Thursday, July 18, 2019

Counting down on Kindle, too!

The countdown to the fifty year anniversary of men first walking on the moon continues! I've seen an increasing amount of information about the Apollo Eleven moon mission the last few days. I've tasted the commemorative Krispy Kreme Donuts, the kind that you can't eat just one. I've eaten more than my fair share of moon pies this week. I've consumed a glass or two of Tang. Life is good five decades past the July 20, 1969 moon walk.

After many days of trial and error (mostly error) of trying to fit a square picture book into the oblong rectangle shape of kindle, I finally succeeded, at least I think I did. From all indications on my view options, things fit right in there once I selected the comic book format. This, my friends, is not a comic book, but call it that if you must, because it fit! This children's picture book is not a scientific report. It is an account of those of us back on earth watching, worrying, and cheering.
And there it is, with a completely redesigned cover showing "Liftoff! We have liftoff!" What the world needs now is a glimpse at the time when America was at its best.

Available now from amazon kindle. Back on Earth: When Men First Landed on the Moon.

Catch of the day,


Wednesday, July 17, 2019

Illustrated By...

Fifty years ago on the day after the rocket blasted off towards the moon, those of us back on earth went into a holding pattern. We waited and for little kids it was like waiting for Christmas in the middle of the summer. I feel like that now, after watching a day of Apollo Eleven features on the television set. We had liftoff on every channel, over and over and over. More hype is to come on Saturday when we watch Neil Armstrong and Buzz Aldrin walk on the moon. Until then we wait.

Which gives me a chance to introduce the artist who illustrated Back on Earth: When Men First Landed on the Moon. Bobbie (Roberta to be exact) Gumbert.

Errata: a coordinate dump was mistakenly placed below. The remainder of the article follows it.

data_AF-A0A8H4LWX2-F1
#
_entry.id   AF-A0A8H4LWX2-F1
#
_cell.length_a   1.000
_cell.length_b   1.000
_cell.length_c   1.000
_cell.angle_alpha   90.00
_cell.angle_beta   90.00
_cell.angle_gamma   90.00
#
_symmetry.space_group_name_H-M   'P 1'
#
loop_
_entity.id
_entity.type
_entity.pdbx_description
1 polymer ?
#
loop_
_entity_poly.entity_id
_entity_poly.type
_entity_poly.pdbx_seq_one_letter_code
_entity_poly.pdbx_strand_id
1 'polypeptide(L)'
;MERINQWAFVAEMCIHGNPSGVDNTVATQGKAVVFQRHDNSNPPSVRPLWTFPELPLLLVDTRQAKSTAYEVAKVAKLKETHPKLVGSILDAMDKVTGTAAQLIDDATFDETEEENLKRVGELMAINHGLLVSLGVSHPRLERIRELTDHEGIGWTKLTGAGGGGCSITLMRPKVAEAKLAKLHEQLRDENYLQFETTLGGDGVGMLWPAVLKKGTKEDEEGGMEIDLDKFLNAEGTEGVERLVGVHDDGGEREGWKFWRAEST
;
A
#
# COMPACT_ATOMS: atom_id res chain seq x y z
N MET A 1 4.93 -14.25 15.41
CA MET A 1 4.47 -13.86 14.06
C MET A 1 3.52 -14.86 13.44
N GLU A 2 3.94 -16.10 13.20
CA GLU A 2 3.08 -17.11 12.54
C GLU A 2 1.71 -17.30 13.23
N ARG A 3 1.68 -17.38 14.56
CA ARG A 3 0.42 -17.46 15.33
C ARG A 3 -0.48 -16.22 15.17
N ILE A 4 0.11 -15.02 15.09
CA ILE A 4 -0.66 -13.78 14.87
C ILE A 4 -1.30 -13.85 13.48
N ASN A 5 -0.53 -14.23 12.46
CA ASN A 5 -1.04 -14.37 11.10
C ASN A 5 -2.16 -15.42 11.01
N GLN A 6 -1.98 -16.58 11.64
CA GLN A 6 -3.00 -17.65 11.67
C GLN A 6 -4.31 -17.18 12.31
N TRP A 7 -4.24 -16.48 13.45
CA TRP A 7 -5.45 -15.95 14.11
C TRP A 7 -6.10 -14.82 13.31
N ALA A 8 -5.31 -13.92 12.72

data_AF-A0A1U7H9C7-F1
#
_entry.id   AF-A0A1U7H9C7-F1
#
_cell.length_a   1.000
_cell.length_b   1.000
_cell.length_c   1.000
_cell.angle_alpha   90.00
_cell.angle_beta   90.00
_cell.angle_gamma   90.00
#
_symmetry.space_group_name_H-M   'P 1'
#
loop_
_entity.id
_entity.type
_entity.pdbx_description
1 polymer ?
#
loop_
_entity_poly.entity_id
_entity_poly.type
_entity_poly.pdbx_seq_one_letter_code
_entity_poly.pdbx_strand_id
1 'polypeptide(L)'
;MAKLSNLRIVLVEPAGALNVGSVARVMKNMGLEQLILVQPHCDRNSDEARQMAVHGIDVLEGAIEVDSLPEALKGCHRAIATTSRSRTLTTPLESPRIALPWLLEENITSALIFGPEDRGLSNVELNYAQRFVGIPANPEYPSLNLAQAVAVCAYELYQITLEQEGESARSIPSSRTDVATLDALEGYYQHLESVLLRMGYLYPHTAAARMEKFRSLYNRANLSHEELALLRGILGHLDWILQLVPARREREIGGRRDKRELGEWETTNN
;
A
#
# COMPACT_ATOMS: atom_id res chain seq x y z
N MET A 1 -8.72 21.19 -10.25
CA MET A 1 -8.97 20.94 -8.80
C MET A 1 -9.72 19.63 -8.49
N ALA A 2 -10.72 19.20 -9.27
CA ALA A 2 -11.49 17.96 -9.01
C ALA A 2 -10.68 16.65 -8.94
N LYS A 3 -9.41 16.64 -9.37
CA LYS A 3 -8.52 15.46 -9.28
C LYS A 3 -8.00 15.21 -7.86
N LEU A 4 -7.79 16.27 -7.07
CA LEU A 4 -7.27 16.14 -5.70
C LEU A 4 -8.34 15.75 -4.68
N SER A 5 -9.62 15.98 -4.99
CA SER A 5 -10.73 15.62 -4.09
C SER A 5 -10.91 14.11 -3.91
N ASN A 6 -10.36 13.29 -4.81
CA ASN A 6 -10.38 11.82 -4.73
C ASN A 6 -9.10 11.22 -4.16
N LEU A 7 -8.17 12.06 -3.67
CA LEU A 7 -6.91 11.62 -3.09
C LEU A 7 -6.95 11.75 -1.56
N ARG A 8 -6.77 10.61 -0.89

Look at those fantastic medals hanging around her next. She earned them at this year's North Carolina Senior Games, one of them for the painting beside her.
I took this picture the day we sat down together with her Apollo Eleven artwork. I was blown away. She nailed it! And our book with her art is featured in today's edition of the Hickory Daily Record.
The reporter, Emily Willis, chose pages from the book to showcase.
Thank you Emily for your article. This is what good reporters do. And thank you Bobbie for interpreting my words so a child can better understand. That's what good illustrators do.

Catch of the day,


Tuesday, July 16, 2019

Liftoff! We Have Liftoff!

Fifty years ago today something magical started in action. . . liftoff of the Apollo Eleven mission to the moon. I wasn't anywhere near the Kennedy Space Center in Florida, but I can imagine. I've never felt the ground shake from a man-made monster such as this, but I can imagine. I've never heard the roar of Saturn V rocket engines, but I can imagine. Or maybe I can't, since this power was unimaginable to those of us merely watching on TV.
I can picture the crowds shading their eyes, watching from the distance. I can see the birds rousted from their nests as liftoff grew louder and louder and even louder.